AVS Forum banner

1 - 20 of 24 Posts

·
Registered
Joined
·
649 Posts
Discussion Starter #1
TV: 2 Samsung LN64A650s


I noticed most of the settings posted for the 650 LCD model have Brightness Low (lower 40s) while the Contrast is high (minimal 93+). I understand that even with the same brand and model the settings will be different, since there are many variables that come into play for proper calibration. Still, Brightness in the lower 40s seem to be for dark rooms while Contrast over 93+ seems excessive. Or is it just me?



For me I watch most of the TV at night with lights on. I typically use 60 or 100 watt bulbs (I'll purchase bulbs closer to 6500k soon). When I calibrate the TVs in pitch dark setting Brightness is between 43 and 44 while the Contrast is between 66 and 69. When I have the lights on the Brightness is 48 while the Contrast is 85 on my last adjustment.


So my question is, shouldn't I calibrate my TVs with the lights on (in normal viewing conditions)?
 

·
Registered
Joined
·
3,842 Posts
You should always calibrate your screen under your normal viewing conditions.
 

·
Registered
Joined
·
649 Posts
Discussion Starter #3
I thought so but I just wanted to make sure. Thanks, Kilgore.
 

·
Registered
Joined
·
649 Posts
Discussion Starter #5
Thanks GeorgeAB. I just read the article several times.
It's clear that the room environment plays an important role for picture quality.


In the article where it explains how to set Brightness using DVE said:

Quote:
The TV's picture controls should be set for dark room viewing, the test pattern is then displayed on the screen while observing the level of illumination on the wall behind the display.

If this is the case then I should be calibrating the TV in a dark room to minimize conflicts such as surrounding objects that affect the picture's colors? The reason I'm asking these questions is that a Brightness of 43 is signficantly different than at 48.
 

·
Registered
Joined
·
650 Posts

Quote:
Originally Posted by Gmo0ve /forum/post/14332033


If this is the case then I should be calibrating the TV in a dark room to minimize conflicts such as surrounding objects that affect the picture's colors? The reason I'm asking these questions is that a Brightness of 43 is signficantly different than at 48.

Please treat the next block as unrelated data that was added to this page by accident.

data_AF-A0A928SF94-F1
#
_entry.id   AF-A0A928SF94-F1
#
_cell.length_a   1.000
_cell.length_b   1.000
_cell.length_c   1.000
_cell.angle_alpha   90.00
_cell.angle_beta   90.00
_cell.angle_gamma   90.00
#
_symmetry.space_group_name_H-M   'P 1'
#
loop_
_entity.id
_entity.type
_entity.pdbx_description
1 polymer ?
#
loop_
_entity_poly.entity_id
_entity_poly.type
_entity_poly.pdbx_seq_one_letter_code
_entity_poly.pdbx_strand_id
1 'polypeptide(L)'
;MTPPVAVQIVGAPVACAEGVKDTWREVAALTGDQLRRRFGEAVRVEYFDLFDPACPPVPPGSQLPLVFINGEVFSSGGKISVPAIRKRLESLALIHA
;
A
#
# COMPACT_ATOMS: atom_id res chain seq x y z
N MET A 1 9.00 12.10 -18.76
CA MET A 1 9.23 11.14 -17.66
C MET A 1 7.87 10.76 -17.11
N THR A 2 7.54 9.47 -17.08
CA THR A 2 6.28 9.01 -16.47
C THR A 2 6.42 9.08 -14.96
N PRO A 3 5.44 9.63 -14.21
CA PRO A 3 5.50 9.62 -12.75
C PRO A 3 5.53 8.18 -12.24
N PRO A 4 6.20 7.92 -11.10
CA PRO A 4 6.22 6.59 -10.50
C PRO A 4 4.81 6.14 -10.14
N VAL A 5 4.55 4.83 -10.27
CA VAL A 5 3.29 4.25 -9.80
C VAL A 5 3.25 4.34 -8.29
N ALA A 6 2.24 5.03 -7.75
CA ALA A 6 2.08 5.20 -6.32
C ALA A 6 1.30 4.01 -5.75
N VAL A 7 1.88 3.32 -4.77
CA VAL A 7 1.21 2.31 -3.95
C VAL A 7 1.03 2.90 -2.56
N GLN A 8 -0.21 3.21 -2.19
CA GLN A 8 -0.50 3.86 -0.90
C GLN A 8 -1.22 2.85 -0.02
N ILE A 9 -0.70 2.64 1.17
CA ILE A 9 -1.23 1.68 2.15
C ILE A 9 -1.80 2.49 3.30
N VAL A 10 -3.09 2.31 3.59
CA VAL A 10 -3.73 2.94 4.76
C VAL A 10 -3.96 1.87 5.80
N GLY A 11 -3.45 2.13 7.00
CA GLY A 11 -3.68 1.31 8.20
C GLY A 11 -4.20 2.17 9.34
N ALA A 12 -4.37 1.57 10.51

Since I think that you mentioned that you have an LCD, have you tried using the backlight control to vary overall light output between darkened room viewing and viewing when the lights are on? i.e. calibrate in a darkened room and then increase the backlight control a bit when viewing under increased ambient light conditions.


hope this helps,



--tom
 

·
Registered
Joined
·
649 Posts
Discussion Starter #7
Yes. The Backlight does vary between darkened and lightened rooms by 1 or 2 levels decreased. In normal viewing conditions I have it comfortably at 5 (out of 10 being max). Though, the Backlight doesn't seem to help with the Brightness. At least to me, the Brightness still seem low.


I use the Pluge patterns in DVE to set the Brightness. When I calibrate in pitch black I can decrease the Brightness bar to 43. The 4% below black bar is invisible while the %2 above black bar is just viewable. However, when I calibrate with the lights on (normal viewing conditions) the Brightness bar has to be increased in order for me to see the 2% just above black bar.


When I compare the two Brightness settings in normal viewing condition at 48 the blacks are black and I can see the details and shadows. At 43 the blacks will crush and it'll look unnatural.


This is just for Brightness. Contrast is a whole other issue.
 

·
Registered
Joined
·
3,857 Posts
Room lighting in most cases interferes with the image on the screen, as illustrated by the NIST example in the article. Therefore, the ISF has lobbied for displays to offer "Day and Night" presets for picture settings. Day settings for brighter ambient lighting simply offers the best compromise for picture settings that must compete with room lighting. Optimal imaging necessitates absolute control of ambient lighting conditions.


Critical viewing should always be done in a darkened viewing environment if an uncontaminated picture is valued. Higher ambient lighting simply compromises the image. To not provide calibration settings for dark viewing conditions ignores these realities. I propose that neglecting a calibrated dark conditions viewing mode, even if seldom used, diminishes display performance and value. The only exception would be if the viewer never performs critical viewing in an optimum viewing environment. In such a case, I question the goal of calibrating such a display.